Probability of s-sided die with n-rolls summing to p excluding die that rolled a 1

I found this really useful formula from the dice article on mathworld. Here is my version in Python.

def P(p, n, s):
"""
Taken from: http://mathworld.wolfram.com/Dice.html
:param p: sum of rolls
:param n: num rolls
:param s: num sides
:return: The probability of summing to p with n rolls of an s-sided die
>>> P(7, 2, 6)
0.16666666666666666
"""
return 1 / s ** n * sum([(-1) ** k * ncr(n, k) * ncr(p - s * k - 1, n - 1) for k in range(0, int((p - n) / s) + 1)])


The domain of my problem will be restricted to this

• s=4: 1 <= p <= 40, 1 <= n <= 10
• s=6: 1 <= p <= 60, 1 <= n <= 10

However, in the game I'm using this algorithm for, there is a special rule for if I roll a 1. The rule is that you score a 0 if there is a 1 in any of the rolls. For example, if you roll 1, 5, 6, your sum is 0, not 12.

How do I exclude any roll containing a 1? I'm very new to probability and statistics, so I thought I could just multiply the answer by the probability of not rolling a 1, but I don't know if this is correct.

For example, if my probability is H(p,n,s), it should be:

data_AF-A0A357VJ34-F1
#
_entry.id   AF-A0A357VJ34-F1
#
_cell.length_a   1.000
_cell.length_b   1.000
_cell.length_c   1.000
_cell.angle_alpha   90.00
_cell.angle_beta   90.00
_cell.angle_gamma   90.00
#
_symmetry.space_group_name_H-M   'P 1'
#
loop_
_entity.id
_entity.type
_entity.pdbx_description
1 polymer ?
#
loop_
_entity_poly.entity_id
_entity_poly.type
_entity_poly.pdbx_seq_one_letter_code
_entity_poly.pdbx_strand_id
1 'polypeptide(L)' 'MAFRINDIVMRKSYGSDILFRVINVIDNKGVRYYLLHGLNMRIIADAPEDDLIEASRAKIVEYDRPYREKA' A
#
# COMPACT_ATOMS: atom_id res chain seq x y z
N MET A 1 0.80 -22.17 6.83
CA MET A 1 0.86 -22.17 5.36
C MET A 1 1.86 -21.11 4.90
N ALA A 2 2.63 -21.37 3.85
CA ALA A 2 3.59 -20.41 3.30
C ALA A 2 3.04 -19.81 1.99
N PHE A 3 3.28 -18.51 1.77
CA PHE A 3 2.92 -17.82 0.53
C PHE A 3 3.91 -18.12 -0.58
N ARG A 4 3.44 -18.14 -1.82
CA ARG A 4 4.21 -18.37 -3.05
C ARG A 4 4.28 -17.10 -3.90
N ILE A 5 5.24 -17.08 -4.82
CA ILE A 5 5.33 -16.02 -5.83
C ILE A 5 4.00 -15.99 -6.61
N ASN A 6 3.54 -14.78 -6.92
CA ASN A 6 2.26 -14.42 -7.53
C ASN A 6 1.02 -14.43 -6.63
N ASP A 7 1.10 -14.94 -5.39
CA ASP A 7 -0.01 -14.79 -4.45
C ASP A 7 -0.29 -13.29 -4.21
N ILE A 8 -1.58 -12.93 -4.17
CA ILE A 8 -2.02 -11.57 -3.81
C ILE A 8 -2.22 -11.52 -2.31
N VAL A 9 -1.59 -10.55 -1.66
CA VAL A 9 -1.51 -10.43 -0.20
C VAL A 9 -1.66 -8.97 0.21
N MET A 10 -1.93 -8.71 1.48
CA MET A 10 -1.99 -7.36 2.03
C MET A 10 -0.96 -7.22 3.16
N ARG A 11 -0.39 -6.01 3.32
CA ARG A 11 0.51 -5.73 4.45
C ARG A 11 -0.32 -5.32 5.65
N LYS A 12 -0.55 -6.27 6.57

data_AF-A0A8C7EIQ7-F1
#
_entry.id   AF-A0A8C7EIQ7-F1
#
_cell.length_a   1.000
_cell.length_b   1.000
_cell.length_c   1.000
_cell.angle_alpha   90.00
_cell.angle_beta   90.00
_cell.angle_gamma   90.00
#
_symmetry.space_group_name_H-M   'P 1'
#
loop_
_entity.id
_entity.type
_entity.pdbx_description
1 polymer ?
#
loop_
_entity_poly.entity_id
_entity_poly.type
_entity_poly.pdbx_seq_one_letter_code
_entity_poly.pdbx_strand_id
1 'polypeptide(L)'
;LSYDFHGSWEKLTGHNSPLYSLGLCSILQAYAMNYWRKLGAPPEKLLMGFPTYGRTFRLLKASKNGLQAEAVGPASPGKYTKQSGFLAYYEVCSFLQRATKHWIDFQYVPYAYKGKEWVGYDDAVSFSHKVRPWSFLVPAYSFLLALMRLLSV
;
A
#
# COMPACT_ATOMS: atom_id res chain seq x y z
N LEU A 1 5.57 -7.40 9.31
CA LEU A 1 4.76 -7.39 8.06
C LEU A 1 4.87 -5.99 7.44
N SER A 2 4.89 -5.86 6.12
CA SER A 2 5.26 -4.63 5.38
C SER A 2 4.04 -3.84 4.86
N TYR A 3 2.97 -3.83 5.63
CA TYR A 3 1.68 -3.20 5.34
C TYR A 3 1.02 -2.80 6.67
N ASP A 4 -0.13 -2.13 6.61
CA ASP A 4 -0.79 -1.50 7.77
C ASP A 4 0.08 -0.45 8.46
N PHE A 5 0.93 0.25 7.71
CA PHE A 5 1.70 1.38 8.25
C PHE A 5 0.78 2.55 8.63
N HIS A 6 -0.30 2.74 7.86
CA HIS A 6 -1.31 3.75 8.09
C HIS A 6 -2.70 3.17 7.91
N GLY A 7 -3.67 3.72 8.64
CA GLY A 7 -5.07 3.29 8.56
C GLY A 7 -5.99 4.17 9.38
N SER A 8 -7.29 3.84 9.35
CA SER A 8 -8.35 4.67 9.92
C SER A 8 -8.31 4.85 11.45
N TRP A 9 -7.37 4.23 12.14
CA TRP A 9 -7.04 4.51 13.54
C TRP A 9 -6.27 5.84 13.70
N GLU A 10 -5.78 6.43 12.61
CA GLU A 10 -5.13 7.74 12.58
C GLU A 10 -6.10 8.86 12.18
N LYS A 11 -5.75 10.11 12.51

H(p, n, s) = P(p, n, s) * ((s - 1)/ s) ** n


Where (5 / 6) ** n is the probability of not rolling a 1 n times in a row.

TL;DR: How do I get the probability of summing to p with n rolls an s-sided die excluding any sum that includes a roll of 1.

• Why on earth did you use different variables in the title than in the body? (The ones in the body correspond to the MathWorld article, so the ones in the title should be fixed.) – joriki Sep 8 '15 at 19:29
• I don't understand why the sum for 4, 5, 6 is $0$ -- in the preceding sentence, you say that the score is $0$ if there's a $1$ in any of the rolls -- but there isn't? – joriki Sep 8 '15 at 19:31
• @joriki accident. Thank you. – michaelsnowden Sep 8 '15 at 19:32
• @joriki wow I really messed up. Thanks for catching that – michaelsnowden Sep 8 '15 at 19:33

Your fix doesn't work directly as suggested, but it's not too far from the right fix. You can calculate the probability of rolling the right sum with rolls other than $1$: $P(p-n,n,s-1)$. Then you can apply your fix to correct for the fact that the actual number of possible outcomes is $s^n$, not $(s-1)^n$:
$$P(p-n,n,s-1)\left(\frac{s-1}s\right)^n\;.$$
• @doctordoder: To see why it needs to be done this way and not your way, consider e.g. the case $p=6$, $s=6$, $n=1$, where your approach yields $5/36$ whereas the right answer is $1/6$. – joriki Sep 8 '15 at 19:54